Dairy farmers need to adopt a more scientific approach to heifer calf rearing procedures if they want increased levels of profitability throughout an animal’s lifetime.
With dairy cows most profitable during their sixth, seventh and eighth lactations, farmers are constantly aiming to breed longer living, trouble-free, profitable cows that pay for their own replacements and contribute to the long-term profitability of the business.
However, achieving such longevity is easier said than done, although William McNiece, calf specialist with Mole Valley Farmers, claims it is feasible providing calves reach various targets.
“From the day a calf is born, her first two-years of life will incur rearing costs until she freshens and starts to produce milk to help pay back on her investment,” he said pointing out that figures from the Royal Veterinary College, show that a dairy cow usually has to hit 3.5years, until she reaches break-even. From then, she is making a profit.
Research has shown the most profitable age to calve-down Holstein heifers is 23months. At this age, an animal will produce more life-time milk yield and also survive for more lactations within the herd. 
Mr McNiece compared the financial differences associated with calving-down heifers at 23months compared with 27months. Mole Valley Farmers estimate a daily rearing cost over the 24month and 27month period will average £2.87p per heifer per day. This equates to £87.25p per month with a rearing group of 40 heifers therefore cost an additional £3490 per month. 
“Rearing heifers to calving-down age is a huge investment,” said Mr McNiece. “Rearing 40 heifers for an additional four months until the group reached 27months of age will cost an extra £13,960.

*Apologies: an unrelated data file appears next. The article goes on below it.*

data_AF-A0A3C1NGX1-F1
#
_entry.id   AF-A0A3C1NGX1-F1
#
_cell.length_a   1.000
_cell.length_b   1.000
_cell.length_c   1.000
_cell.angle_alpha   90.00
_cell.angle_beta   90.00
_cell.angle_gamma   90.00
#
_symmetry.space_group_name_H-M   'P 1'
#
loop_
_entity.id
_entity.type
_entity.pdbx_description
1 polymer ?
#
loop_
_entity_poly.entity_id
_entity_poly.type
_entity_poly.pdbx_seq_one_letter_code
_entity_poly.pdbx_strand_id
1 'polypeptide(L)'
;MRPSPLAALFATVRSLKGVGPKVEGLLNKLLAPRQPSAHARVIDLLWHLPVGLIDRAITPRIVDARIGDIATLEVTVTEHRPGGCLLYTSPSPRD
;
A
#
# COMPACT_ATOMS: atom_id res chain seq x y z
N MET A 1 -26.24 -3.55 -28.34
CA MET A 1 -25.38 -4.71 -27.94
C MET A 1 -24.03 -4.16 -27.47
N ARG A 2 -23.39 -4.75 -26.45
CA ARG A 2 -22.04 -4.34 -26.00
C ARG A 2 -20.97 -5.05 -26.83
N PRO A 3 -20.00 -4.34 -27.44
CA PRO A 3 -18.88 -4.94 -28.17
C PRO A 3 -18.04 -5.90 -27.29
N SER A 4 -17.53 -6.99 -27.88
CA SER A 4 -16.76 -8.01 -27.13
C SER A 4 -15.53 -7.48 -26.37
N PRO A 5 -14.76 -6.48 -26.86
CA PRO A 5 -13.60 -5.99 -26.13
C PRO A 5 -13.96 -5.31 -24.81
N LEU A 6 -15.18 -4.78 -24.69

“Having heifers freshen three or fourth months earlier reduces the costs involved in feeding, housing, bedding and labour. However, heifers would also be producing milk at a younger age and making a financial return on investment rearing costs.
“An individual heifer yielding 30 litres per day, with a milk price of 28p per litre, will provide milk sales of £252 per month or, produce £1008 worth of milk over the additional four-month rearing period. The ‘opportunity cost’ for farmers to rear 40 heifers over this period equates to an earlier return on milk sales of £40,320 or, an additional rearing cost of £13,960.” 
Mr McNiece said individual heifer rearing costs can vary from £1073 to £3070 with a mean average cost of £1819. This is based upon a wide variety of systems and age-dependency from 21months at first calving compared to some animals not achieving milk production until four-years of age. Furthermore, he said 14% of live heifers born fail to achieve first calving and a further 15% of first lactation heifers fail to reach second lactation.
Heifer rearing best practise requires a structured and strategic approach with defined set-targets to achieve optimum results. Strong emphasis should be placed on a triangular approach involving nutrition; management and health and environment. There is not a single “silver-bullet” solution and a step-by-step approach will bring the required results Mr McNiece said.
Record keeping and health and welfare management are important factors. Simple ideas such as recording the heifer’s date of birth on ear-tags helps identification and management procedures. Ideally, calves should be housed in single pens until weaning and aim to have consistent growth weights. Having a healthy calf is the key to her achieving future genetic potential; calves with poor growth-rates or illness are more likely to die young or fail to conceive at 15months.
Heifers should be housed in a dry and moisture free-environment to reduce the risks of pneumonia and diseases. They should be reared in groups of 15 animals until conception-age and fed to achieve live-weight gain targets. Best feeds include straw and concentrates until five months then grazed and fed 1-1.5kgs of 16% P concentrates. If possible, Mr McNiece advised weighing the calves every six weeks to feed for target live-weight gain.
“Farmers should aim to have heifers freshen at 22- 24months of age and weigh 590kgs or 90% of mature bodyweight at calving. This will help a milking heifer to achieve an easy transition into the herd; remain healthy and robust and live a healthier, longer, more productive life. A healthy calf becomes a healthy cow and leads to increasing levels of profitability,” Mr McNiece concluded.